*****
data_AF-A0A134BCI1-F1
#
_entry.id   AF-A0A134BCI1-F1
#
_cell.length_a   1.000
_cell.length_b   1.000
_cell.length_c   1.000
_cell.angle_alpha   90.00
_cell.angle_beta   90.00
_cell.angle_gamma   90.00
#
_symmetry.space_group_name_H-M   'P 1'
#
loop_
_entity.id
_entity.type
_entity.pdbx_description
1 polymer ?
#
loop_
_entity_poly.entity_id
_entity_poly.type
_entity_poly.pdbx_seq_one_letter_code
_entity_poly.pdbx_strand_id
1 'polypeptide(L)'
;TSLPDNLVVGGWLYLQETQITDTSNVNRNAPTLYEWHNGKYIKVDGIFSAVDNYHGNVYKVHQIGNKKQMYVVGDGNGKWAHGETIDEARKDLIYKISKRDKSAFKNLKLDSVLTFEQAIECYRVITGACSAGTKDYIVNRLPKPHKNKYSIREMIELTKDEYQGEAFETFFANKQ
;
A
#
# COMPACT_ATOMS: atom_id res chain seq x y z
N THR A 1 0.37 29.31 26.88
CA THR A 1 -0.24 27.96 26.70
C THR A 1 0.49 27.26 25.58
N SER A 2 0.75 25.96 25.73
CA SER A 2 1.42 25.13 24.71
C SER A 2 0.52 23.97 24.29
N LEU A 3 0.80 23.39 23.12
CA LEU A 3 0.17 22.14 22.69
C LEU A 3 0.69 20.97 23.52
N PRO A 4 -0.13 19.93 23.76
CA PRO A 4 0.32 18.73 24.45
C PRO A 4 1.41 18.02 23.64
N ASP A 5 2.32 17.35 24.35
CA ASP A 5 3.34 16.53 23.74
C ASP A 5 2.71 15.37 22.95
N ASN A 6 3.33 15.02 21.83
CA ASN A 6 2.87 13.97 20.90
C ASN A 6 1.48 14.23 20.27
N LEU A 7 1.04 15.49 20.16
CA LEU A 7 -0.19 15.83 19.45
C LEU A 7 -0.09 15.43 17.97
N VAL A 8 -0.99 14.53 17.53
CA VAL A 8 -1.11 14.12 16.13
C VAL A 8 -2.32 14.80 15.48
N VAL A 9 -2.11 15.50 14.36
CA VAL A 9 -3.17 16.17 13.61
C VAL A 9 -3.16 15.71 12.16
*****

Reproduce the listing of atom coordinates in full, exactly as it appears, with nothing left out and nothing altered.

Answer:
data_AF-A0A134BCI1-F1
#
_entry.id   AF-A0A134BCI1-F1
#
_cell.length_a   1.000
_cell.length_b   1.000
_cell.length_c   1.000
_cell.angle_alpha   90.00
_cell.angle_beta   90.00
_cell.angle_gamma   90.00
#
_symmetry.space_group_name_H-M   'P 1'
#
loop_
_entity.id
_entity.type
_entity.pdbx_description
1 polymer ?
#
loop_
_entity_poly.entity_id
_entity_poly.type
_entity_poly.pdbx_seq_one_letter_code
_entity_poly.pdbx_strand_id
1 'polypeptide(L)'
;TSLPDNLVVGGWLYLQETQITDTSNVNRNAPTLYEWHNGKYIKVDGIFSAVDNYHGNVYKVHQIGNKKQMYVVGDGNGKWAHGETIDEARKDLIYKISKRDKSAFKNLKLDSVLTFEQAIECYRVITGACSAGTKDYIVNRLPKPHKNKYSIREMIELTKDEYQGEAFETFFANKQ
;
A
#
# COMPACT_ATOMS: atom_id res chain seq x y z
N THR A 1 0.37 29.31 26.88
CA THR A 1 -0.24 27.96 26.70
C THR A 1 0.49 27.26 25.58
N SER A 2 0.75 25.96 25.73
CA SER A 2 1.42 25.13 24.71
C SER A 2 0.52 23.97 24.29
N LEU A 3 0.80 23.39 23.12
CA LEU A 3 0.17 22.14 22.69
C LEU A 3 0.69 20.97 23.52
N PRO A 4 -0.13 19.93 23.76
CA PRO A 4 0.32 18.73 24.45
C PRO A 4 1.41 18.02 23.64
N ASP A 5 2.32 17.35 24.35
CA ASP A 5 3.34 16.53 23.74
C ASP A 5 2.71 15.37 22.95
N ASN A 6 3.33 15.02 21.83
CA ASN A 6 2.87 13.97 20.90
C ASN A 6 1.48 14.23 20.27
N LEU A 7 1.04 15.49 20.16
CA LEU A 7 -0.19 15.83 19.45
C LEU A 7 -0.09 15.43 17.97
N VAL A 8 -0.99 14.53 17.53
CA VAL A 8 -1.11 14.12 16.13
C VAL A 8 -2.32 14.80 15.48
N VAL A 9 -2.11 15.50 14.36
CA VAL A 9 -3.17 16.17 13.61
C VAL A 9 -3.16 15.71 12.16